The Bible in Africa: Transactions, Trajectories, and Trends

By Gerald O. West; Musa W. Dube | Go to book overview

THE BIBLICAL GOD OF THE FATHERS
AND THE AFRICAN ANCESTORS
Temba L.J. Mafico

There are many similarities between the religio-cultural life of the Israelites and that of pre-colonial Africans. The phrase “pre-colonial Africans” refers to people who lived in Africa prior to the colonization of the continent by Europeans beginning in the seventeenth century. Hereinafter, the term Africans refers to pre-colonial Africans. The beliefs and cultural traits of pre-colonial Africans remain prevalent in rural areas of Africa where Western civilization has not yet made inroads. One can find the religio-cultural beliefs of Africans not only in rural areas, but also in stories told by old people who moved to live with their children in the cities, as well as from songs, poetry, artifacts, tales, legends and in some meagre historical records. It can be argued that no culture disappears without leaving a trace. Traces of ancient culture are clearly present among Africans who have maintained their traditional culture in defiance of the overwhelming influence of Western civilization.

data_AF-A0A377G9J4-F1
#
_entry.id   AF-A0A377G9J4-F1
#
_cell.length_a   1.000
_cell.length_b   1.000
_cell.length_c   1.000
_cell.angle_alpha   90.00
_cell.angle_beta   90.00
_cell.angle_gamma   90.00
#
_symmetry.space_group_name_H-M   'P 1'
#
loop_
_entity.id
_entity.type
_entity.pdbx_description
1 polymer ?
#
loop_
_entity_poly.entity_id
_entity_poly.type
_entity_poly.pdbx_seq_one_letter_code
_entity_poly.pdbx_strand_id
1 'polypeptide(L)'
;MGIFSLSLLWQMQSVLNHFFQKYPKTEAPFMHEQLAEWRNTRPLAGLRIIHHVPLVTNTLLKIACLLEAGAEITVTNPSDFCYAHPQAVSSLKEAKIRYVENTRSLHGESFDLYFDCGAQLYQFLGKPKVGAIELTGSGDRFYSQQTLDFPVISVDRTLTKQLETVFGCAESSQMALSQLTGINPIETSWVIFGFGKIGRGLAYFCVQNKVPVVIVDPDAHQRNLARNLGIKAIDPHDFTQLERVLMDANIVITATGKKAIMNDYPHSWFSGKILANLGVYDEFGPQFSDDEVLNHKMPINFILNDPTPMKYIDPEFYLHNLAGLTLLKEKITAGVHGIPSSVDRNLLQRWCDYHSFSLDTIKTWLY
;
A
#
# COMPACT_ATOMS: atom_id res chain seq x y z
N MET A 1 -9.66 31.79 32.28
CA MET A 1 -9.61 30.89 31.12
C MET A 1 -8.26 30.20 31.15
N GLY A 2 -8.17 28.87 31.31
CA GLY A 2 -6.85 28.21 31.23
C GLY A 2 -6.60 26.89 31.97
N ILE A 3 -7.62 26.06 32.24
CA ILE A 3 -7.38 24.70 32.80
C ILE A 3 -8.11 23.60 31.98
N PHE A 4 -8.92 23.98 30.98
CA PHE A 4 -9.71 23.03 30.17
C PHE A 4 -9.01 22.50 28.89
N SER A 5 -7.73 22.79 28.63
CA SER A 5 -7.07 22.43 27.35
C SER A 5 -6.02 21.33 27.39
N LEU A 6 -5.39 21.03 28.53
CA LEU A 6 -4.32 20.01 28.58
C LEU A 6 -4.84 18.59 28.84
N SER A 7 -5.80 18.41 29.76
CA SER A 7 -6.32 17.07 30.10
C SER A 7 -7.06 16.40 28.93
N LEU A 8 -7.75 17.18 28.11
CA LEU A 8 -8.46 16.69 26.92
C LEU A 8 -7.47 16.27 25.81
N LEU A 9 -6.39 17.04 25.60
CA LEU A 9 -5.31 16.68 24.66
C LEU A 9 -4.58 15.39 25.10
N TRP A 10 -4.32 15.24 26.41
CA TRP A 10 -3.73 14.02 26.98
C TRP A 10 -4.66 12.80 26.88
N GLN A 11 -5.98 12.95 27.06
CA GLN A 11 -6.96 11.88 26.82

One of the strongest connections between modern and ancient times is the African belief in ancestors. This subject is interesting to me because of the similarities between the place of ancestors in the life of Africans and the place of the gods of the fathers in the life of Israel. Both the ancestors and the gods of the fathers seem to have shaped their respective societies and so my discussion of this topic will invariably include an examination of the African and the Israelite social structure. Although my discussion of ancestors generally reflects practices of the whole continent of Africa, specific examples will be drawn from the Ndau people of Zimbabwe, with whose culture, religion and philosophy of life I am more familiar.

My interest in this research was triggered in 1972 when I was pursuing a doctoral degree in Old Testament at Harvard University. Prior to attending Harvard, I had been a pastor for several years in Zimbabwe and had maintained a fundamentalistic attitude toward the Bible and Christian teachings. I regarded God's revelation to the world through Jesus Christ as the only, and ultimate revelation God

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